In these extraordinary times, we feel that it is important for clients to review their short and long-term gifting objectives. The two faces of gifting are: what can a donor do for both institutions and individuals?
In terms of gifting, the UK offers very attractive incentives to support charities. If this is combined with gifting through a dual qualified UK-US charity, a donor also benefits from a US charitable deduction which is up to 60% of your Adjusted Gross Income for cash gifts and 30% for gifts of securities or other property.
Gifts of cash to a dual qualified charity up to one’s UK taxable income benefit from Gift Aid Reclaim and allow Higher Rate and Additional Rate taxpayers to recoup a portion of the UK tax paid. If a UK taxpayer wants to give £50,000 to a UK or US charity using a dual qualified charity, that gift could cost as little as £41,200 and if you are a Higher Rate (40%) taxpayer you can claim a credit for the equivalent of £10,300 on your next UK tax return or a credit of £12,875 if you are an Additional rate (45%) taxpayer.
Clients over 72 can use all or part of their IR Required Distribution up to $100,000 by gifting it to charity, which will reduce their income in the current tax year.
For clients wishing to establish a long-lasting legacy, which could involve their children and other family members, they can establish their own dual qualified donor advised fund (DAF). In the case of the one provided by the Anglo-American Charity Limited, the minimum gift to set up the fund is $100,000 in marketable securities or cash. Clients who already have a DAF in the US can transfer some or all existing holdings to fund a new dual qualified DAF.
Helping Family & Friends:
The single most effective way of gifting to lower potential estate tax is to take advantage of the $16,000 annual gift allowance ($32,000 for a married couple) allowing one to gift to anyone. While this does not help with UK inheritance tax immediately, if the donor outlives the gift by 7 years, the gift is removed from their UK estate under the Potentially Exempt Transfer (PET) regime. Also, the UK has a concept of ‘normal expenditure out of income’, which is not subject to inheritance tax. It assumes that if the donor has more than enough income for their own needs, they can provide for others. A donor could use up to their US annual allowance to pay rent for a child or support an elderly relative financially and benefit from the UK’s interpretation of using excess income.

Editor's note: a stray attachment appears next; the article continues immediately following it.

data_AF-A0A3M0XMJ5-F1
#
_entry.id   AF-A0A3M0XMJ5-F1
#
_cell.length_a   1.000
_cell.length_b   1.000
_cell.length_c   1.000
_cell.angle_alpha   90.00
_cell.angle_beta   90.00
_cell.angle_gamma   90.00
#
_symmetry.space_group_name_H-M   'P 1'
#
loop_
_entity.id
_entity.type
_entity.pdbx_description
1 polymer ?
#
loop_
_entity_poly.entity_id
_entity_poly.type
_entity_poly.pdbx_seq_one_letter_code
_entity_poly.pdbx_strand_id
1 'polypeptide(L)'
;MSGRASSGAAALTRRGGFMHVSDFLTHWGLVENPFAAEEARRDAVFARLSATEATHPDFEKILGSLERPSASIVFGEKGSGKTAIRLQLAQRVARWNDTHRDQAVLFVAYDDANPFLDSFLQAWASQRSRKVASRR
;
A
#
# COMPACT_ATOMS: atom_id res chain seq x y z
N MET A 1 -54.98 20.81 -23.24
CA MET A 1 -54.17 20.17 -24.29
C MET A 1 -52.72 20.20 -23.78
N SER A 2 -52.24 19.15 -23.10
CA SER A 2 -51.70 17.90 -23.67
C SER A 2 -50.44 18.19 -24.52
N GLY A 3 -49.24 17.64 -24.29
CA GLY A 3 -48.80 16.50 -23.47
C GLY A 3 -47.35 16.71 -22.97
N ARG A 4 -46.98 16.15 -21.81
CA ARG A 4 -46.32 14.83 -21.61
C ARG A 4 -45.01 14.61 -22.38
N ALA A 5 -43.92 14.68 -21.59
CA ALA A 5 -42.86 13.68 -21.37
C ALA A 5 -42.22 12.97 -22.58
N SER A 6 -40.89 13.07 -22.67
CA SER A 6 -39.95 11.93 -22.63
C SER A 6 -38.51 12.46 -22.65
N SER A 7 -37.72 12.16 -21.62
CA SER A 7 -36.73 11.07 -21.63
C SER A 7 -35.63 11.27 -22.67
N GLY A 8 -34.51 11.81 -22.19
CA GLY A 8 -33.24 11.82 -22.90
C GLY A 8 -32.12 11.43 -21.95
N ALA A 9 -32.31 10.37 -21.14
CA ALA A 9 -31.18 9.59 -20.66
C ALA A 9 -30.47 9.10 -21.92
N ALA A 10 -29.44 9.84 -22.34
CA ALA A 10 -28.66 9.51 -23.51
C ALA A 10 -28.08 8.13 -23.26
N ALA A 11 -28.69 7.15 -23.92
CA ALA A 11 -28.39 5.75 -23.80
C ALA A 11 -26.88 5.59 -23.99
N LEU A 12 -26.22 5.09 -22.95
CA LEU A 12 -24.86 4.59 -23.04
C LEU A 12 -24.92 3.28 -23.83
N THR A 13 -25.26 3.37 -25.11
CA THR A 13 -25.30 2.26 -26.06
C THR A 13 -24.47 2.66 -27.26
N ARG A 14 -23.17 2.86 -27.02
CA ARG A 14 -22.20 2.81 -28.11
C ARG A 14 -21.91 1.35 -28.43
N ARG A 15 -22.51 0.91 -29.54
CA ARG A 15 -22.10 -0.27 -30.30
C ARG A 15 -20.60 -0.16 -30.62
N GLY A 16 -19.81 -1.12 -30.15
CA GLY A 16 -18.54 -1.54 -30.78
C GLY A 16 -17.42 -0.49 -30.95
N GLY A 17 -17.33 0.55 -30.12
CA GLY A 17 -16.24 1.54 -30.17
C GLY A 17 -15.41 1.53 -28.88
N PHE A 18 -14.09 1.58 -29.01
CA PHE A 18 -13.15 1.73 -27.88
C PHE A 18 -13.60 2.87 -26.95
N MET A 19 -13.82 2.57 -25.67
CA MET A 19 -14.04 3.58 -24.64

For those who have the means, using a portion of their US inheritance tax exemption of $12,060,000 ($24.12 million per married couple) this year makes sense if one expects the Biden Administration to lower the life time exemption to as little as $3.5 million per person. In order to be grandfathered if the law changes, the gift must be made before new legislation is enacted: intention to gift is not sufficient. These gifts can be coordinated with the PET (Potentially Exempt Transfer) regime.
If you are interested in more information on any of the topics discussed here, please contact your Tanager Advisor. It is recommended that you consult your tax advisor on the appropriateness of gifting for your specific circumstances.
Please be advised that Tanager partners, Jeffrey Hedges and Alex Eichhorn are Directors of the Anglo-American Charity Limited and so we disclose this information as a known conflict of interest.
As everyone’s circumstances are different, we cannot say any course of action would be appropriate for you, therefore this is not financial advice. If you are interested, please consult your tax and financial advisors to ensure gifting is appropriate for your financial situation.